openDemocracyUK

England, we have a problem

Increasing English identification over Britishness poses a number of potential problems that need addressing, not least where it leaves England's ethnic minorities who tend to favour Britishness over Englishness.

Michael Skey
29 September 2014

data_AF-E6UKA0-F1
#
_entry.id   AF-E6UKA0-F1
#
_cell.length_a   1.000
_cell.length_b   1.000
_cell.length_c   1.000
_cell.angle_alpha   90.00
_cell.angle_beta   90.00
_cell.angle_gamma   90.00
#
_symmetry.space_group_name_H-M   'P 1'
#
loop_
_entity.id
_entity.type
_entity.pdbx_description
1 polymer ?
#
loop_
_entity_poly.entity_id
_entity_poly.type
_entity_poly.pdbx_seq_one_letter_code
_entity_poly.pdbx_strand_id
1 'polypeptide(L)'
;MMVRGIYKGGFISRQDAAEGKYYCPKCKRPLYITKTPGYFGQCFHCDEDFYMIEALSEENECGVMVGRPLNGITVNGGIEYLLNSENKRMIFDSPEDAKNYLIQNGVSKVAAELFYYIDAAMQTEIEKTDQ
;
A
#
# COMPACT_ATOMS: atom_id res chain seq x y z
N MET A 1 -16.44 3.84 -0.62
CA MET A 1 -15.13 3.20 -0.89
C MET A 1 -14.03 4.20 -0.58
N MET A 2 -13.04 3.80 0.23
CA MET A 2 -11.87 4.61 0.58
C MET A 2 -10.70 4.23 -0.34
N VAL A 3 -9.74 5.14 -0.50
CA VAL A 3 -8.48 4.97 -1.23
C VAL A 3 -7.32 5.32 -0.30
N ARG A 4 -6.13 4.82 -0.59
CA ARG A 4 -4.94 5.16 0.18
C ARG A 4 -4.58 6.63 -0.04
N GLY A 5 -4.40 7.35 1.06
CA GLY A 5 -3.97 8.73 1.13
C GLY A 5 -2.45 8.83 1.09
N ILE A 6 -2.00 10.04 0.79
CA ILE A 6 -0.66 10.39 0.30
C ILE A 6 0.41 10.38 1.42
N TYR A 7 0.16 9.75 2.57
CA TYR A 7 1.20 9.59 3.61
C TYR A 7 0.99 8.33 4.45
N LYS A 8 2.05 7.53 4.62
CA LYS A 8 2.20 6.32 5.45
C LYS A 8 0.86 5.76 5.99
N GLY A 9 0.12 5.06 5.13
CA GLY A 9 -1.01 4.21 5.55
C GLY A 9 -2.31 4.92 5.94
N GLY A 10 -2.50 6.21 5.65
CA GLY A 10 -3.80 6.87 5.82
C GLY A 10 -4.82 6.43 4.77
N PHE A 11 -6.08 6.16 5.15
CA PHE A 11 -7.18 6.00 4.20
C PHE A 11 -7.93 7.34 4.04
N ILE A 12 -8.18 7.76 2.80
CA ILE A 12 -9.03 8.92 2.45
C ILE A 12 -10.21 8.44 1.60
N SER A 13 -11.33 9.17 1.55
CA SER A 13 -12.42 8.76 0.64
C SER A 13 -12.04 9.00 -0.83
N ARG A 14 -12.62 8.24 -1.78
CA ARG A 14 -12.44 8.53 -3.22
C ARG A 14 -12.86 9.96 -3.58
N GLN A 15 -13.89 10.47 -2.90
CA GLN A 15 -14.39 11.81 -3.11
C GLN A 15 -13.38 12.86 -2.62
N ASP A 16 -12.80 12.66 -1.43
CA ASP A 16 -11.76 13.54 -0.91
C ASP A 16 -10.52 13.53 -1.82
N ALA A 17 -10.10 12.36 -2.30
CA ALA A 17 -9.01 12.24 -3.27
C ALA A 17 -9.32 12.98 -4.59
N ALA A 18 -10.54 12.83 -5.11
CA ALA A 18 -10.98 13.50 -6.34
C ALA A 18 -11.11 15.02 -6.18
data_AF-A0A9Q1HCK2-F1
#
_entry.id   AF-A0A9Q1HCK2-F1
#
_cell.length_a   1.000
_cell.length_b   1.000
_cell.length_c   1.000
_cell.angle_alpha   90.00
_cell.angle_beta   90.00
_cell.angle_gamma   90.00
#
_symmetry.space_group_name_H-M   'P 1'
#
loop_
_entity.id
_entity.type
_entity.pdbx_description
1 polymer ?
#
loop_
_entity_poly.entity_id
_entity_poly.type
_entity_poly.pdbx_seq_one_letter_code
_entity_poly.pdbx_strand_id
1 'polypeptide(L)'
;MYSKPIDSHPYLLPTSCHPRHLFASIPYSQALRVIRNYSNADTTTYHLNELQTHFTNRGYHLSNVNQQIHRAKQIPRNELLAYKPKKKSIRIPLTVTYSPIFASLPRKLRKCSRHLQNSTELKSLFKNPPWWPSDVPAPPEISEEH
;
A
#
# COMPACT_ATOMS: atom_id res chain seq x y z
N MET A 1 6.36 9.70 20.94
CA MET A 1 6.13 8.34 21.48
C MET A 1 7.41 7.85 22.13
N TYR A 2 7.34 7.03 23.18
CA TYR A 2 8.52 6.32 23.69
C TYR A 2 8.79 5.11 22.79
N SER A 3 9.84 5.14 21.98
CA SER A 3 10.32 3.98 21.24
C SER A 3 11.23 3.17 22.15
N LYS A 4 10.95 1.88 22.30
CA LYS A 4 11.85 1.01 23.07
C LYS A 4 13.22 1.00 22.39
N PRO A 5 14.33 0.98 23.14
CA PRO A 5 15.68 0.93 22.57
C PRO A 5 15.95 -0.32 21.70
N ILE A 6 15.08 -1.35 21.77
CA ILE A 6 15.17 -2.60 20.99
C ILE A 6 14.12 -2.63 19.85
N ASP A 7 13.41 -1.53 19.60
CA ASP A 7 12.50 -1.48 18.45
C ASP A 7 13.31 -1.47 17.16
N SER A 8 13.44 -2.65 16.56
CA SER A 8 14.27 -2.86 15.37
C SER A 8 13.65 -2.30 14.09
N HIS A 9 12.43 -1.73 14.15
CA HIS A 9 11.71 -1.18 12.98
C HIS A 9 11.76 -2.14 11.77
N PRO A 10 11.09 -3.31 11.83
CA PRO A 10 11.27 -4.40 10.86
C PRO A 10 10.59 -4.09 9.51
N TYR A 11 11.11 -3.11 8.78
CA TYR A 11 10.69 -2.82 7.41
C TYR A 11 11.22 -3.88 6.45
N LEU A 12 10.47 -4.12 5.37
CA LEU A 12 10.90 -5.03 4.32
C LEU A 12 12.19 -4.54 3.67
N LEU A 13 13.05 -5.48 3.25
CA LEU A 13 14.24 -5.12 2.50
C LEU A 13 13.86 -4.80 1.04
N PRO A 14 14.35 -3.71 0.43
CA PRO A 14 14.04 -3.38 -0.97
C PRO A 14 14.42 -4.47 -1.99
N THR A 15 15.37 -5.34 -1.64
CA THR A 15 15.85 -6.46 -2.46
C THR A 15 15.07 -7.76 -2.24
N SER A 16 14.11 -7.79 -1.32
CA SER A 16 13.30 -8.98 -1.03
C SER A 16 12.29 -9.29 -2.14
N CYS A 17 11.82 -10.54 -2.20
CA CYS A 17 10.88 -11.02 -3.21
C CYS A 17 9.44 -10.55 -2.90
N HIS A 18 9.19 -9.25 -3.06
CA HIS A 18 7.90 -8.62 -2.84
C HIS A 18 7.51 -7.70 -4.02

The English, and Englishness, has become something of a hot topic in the febrile post-referendum environment. In the past couple of weeks, we have seen everything from highly technical debates around constitutional options, as well as the political ramifications of these options to the major political parties, to more subjective ruminations on national identity. Both media reporters and pollsters have also spent a great deal of time running around England trying to understand what it all means to the average wo/man in the street. In many cases, they have argued that the English feel increasingly aggrieved and that their concerns should be actively addressed. At the risk of throwing more fuel onto the fire, I’d like to make three points about the so-called English question, the first two dealing with the relevance of devolution to English people and how it is discussed when they are asked to specifically address it, and, the third, pointing to the impact that devolution across Britain may have on the status of different groups within England.